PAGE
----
Using the name Jon “Mack the Knife” Smith, here is the output:

on('change:character_name', function() {
   getAttrs(['character_name'], function(values) {
      const print = values['character_name'];
      const quotes = ["'", '"', "`"];
      let names = [];
      for(quote of quotes) {
         names = print.split(quote);
         console.log({quote, names});
         if(names.length > 1) {
Code language: JavaScript (javascript)

It might be hard to read that console log at first, but see how t shows the type of quote and the name (whether it is an array with one or more parts).

It shows each iteration – in the first, it used ‘. There were no matches, so it returned the full name. Then it tried “, found a match, split the name into three parts and ended the for loop. You can use break; to enter a for loop early, so there was no check against ` – the loop had finished.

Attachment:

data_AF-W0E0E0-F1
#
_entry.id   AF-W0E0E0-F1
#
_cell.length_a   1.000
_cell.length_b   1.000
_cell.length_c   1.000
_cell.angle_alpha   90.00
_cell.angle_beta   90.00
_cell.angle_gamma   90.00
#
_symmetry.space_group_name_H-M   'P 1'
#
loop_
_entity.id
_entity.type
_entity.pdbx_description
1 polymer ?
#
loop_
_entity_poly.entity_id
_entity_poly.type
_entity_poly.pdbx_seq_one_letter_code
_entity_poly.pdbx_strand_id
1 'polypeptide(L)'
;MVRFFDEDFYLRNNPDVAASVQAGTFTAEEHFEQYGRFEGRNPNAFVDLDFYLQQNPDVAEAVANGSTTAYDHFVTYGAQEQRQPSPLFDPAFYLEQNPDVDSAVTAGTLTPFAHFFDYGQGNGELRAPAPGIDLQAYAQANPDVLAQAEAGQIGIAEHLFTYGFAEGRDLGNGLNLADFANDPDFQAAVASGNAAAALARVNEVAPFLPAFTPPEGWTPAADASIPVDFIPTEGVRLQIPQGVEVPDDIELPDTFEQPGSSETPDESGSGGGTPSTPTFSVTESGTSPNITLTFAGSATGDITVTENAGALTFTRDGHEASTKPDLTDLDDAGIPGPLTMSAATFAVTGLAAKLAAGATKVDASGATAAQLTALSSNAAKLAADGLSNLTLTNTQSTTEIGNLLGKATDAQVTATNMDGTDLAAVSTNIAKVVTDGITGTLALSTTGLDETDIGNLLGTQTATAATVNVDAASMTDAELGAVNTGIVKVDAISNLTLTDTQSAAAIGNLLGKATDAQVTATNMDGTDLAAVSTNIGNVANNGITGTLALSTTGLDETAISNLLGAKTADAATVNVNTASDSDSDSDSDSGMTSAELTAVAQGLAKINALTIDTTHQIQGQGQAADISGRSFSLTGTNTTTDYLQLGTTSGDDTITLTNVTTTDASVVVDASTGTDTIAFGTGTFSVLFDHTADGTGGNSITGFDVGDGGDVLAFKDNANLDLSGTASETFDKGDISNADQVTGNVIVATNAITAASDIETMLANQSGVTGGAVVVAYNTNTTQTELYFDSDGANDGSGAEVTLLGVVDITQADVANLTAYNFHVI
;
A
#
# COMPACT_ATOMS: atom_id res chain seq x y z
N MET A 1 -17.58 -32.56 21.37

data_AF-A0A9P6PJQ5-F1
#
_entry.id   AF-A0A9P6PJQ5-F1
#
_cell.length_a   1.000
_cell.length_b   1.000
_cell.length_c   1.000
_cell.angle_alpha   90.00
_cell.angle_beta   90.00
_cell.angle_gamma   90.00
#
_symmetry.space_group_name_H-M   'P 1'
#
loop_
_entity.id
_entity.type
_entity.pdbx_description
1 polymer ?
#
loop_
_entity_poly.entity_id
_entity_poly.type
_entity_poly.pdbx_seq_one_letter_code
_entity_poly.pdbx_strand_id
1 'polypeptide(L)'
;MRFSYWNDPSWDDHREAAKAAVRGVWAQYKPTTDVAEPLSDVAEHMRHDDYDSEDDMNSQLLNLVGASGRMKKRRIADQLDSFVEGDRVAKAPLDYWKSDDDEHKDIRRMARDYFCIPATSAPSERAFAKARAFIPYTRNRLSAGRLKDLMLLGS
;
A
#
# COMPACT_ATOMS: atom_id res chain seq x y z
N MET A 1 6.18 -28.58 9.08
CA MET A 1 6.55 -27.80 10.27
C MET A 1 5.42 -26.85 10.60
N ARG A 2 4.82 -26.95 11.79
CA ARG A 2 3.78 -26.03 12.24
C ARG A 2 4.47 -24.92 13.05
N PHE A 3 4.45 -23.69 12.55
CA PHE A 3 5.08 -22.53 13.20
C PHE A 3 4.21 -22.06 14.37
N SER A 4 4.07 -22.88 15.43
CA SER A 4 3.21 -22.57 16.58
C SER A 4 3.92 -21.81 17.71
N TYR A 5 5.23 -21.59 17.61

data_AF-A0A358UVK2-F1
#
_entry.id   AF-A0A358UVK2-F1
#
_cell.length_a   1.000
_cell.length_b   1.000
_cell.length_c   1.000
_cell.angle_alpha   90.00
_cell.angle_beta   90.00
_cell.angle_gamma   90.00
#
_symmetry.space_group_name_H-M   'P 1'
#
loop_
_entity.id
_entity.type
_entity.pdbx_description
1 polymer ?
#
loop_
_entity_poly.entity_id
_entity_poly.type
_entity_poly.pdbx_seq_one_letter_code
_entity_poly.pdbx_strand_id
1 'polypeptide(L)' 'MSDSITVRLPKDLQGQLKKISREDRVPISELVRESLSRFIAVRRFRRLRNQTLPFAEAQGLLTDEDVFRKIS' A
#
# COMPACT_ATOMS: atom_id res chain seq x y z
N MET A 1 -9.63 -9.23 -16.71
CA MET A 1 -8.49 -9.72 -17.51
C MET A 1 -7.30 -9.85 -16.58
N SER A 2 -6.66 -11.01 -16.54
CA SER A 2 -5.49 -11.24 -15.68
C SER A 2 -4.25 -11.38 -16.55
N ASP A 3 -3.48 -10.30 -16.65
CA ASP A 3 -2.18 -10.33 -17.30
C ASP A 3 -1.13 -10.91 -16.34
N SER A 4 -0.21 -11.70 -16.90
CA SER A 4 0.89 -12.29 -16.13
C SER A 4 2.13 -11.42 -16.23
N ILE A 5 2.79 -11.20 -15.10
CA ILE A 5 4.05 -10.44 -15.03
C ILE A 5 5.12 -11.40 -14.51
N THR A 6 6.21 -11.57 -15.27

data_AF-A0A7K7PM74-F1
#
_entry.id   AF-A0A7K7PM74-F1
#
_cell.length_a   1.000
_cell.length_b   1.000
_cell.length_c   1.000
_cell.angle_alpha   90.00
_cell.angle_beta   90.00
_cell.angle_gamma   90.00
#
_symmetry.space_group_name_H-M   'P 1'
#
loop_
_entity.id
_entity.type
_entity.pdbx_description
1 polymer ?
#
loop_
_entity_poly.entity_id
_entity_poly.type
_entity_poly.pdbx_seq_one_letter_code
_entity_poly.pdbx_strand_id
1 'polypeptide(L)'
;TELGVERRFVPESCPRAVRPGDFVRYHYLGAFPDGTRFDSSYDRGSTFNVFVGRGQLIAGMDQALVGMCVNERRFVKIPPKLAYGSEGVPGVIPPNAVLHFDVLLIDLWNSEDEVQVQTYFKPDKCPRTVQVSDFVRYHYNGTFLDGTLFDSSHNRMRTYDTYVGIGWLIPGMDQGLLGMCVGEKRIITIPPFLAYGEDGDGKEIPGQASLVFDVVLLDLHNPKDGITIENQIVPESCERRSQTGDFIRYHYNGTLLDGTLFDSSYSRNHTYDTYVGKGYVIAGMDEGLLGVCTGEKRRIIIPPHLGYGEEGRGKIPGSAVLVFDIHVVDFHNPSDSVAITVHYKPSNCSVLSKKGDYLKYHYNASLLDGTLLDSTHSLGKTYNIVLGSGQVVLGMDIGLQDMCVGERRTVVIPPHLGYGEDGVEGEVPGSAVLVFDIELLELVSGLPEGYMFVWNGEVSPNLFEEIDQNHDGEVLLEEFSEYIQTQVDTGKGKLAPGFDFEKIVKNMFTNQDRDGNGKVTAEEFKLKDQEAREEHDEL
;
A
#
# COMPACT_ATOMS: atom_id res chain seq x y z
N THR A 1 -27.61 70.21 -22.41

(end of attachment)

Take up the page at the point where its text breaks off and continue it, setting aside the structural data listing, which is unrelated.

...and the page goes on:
Thus, we can end the worker’s code like this:

let nick_name = names(0);  // set the default of the first item in names
if (names.length > 1) {
   nick_name = names(1);  // test if names is bugger than 1 item, then take the second one
   nick_name: nick_name
});Code language: JavaScript (javascript)

Array.length tells you how deep the array is – are there 1, 2, 3, or more items. But remember, JS counting starts at 0 for other things. So the first item is [0] when the length might be 1. This is just one area of potential confusion we have to deal with.

Special Cases

If there is no nickname it will print the full name, “Jon Smith”. Which is fine.